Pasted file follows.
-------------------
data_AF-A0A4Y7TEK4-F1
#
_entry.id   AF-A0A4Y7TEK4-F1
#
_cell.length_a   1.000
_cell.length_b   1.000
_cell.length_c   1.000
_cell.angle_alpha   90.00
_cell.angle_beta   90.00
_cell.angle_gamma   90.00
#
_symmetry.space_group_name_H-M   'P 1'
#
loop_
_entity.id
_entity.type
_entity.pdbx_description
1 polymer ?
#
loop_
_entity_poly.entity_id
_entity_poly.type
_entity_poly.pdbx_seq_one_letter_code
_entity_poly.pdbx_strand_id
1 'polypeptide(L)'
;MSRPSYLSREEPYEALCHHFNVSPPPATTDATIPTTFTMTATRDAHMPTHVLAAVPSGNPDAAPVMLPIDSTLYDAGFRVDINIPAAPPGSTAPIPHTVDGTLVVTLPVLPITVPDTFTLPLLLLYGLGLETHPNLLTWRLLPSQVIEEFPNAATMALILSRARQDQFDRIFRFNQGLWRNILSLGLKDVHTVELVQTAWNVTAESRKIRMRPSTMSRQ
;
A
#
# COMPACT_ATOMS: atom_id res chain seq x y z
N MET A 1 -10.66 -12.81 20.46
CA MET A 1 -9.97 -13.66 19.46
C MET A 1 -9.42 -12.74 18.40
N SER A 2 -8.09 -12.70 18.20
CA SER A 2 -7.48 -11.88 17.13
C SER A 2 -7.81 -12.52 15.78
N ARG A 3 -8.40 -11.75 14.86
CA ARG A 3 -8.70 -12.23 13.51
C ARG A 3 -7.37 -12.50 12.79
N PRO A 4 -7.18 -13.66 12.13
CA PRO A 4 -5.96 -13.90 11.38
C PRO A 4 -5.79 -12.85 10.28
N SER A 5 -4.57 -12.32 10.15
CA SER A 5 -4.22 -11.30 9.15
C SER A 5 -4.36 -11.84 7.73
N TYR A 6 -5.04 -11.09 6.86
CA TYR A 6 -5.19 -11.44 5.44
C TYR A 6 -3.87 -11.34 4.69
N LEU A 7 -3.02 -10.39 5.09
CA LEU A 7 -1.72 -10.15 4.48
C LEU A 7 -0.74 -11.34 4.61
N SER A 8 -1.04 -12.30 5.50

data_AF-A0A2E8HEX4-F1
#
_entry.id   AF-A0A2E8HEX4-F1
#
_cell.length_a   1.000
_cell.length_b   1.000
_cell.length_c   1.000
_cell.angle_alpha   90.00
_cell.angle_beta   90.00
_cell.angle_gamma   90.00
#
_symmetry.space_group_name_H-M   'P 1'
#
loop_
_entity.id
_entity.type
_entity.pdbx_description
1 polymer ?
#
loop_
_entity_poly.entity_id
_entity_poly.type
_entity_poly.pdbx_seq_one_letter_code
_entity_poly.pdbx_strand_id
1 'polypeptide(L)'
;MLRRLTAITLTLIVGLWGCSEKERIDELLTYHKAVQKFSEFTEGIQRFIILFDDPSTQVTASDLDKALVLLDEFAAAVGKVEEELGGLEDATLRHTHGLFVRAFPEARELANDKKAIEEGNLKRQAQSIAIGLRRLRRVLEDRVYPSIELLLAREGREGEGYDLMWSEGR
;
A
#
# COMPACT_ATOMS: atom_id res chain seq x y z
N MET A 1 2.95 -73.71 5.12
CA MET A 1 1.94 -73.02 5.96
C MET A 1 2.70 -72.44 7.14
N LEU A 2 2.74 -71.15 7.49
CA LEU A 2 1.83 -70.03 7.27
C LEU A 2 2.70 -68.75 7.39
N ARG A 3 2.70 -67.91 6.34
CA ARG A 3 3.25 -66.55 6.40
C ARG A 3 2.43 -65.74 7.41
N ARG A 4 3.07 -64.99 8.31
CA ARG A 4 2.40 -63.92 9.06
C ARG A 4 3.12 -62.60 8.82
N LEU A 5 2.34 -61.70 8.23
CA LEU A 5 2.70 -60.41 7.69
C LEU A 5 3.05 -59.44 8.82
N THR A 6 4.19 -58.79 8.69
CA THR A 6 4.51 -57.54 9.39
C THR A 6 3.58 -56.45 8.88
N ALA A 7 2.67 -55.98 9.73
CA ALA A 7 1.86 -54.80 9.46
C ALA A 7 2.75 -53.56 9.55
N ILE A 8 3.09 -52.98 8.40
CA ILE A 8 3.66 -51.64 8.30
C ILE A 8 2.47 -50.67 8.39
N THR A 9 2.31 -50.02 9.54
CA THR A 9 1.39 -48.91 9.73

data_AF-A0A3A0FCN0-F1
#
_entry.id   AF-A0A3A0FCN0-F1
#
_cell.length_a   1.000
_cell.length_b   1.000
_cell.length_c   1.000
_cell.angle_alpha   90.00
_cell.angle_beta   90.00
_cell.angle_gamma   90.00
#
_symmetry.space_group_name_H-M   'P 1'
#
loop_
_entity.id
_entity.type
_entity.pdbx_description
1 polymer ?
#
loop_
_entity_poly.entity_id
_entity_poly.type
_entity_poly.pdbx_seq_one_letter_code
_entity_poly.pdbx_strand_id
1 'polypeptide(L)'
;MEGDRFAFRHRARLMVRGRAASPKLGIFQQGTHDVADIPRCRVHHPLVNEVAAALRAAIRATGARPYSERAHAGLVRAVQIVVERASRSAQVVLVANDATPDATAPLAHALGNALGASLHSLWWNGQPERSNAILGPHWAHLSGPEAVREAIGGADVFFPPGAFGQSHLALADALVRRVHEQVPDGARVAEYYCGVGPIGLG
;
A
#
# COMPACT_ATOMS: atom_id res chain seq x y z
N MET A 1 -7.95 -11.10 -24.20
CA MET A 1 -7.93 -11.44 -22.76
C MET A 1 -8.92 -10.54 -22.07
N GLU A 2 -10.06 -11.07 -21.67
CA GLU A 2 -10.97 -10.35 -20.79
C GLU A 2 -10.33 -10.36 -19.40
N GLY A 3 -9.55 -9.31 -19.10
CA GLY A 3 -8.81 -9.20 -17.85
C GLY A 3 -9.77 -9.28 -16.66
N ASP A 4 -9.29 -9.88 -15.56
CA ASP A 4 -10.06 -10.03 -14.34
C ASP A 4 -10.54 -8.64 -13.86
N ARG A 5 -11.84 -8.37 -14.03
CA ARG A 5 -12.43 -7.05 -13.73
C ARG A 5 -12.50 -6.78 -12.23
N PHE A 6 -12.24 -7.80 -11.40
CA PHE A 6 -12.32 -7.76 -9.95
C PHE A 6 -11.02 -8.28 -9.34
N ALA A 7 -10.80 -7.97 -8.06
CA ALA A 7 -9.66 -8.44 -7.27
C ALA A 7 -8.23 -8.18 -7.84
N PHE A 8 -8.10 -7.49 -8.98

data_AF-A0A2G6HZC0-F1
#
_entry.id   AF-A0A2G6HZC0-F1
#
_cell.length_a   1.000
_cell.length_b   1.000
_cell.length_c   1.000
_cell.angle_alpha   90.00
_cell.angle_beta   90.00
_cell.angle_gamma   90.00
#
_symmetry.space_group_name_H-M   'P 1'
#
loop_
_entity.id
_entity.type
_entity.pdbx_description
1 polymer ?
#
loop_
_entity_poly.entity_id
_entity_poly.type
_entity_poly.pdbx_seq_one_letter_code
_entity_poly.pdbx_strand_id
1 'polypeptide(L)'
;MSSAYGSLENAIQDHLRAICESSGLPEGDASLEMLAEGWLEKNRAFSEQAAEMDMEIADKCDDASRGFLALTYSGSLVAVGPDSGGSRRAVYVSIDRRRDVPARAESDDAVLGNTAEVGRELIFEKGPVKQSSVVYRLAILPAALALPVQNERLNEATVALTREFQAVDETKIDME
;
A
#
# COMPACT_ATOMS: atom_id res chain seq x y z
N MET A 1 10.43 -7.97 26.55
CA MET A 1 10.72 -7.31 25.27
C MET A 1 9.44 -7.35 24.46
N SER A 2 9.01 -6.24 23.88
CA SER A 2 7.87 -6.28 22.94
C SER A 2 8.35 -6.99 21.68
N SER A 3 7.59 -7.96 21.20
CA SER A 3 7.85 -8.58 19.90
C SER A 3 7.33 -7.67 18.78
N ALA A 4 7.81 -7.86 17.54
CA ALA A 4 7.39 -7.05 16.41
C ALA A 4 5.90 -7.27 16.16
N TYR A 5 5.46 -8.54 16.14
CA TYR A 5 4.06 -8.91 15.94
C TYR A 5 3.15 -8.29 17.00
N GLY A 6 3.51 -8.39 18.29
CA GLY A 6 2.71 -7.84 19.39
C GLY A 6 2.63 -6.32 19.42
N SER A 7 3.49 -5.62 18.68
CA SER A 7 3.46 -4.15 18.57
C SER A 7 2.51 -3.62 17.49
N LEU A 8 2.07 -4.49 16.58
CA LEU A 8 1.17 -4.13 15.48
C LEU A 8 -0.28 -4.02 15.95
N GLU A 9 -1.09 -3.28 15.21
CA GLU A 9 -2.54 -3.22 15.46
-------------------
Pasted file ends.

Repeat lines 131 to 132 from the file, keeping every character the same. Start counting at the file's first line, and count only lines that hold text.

_entity_poly.pdbx_seq_one_letter_code
_entity_poly.pdbx_strand_id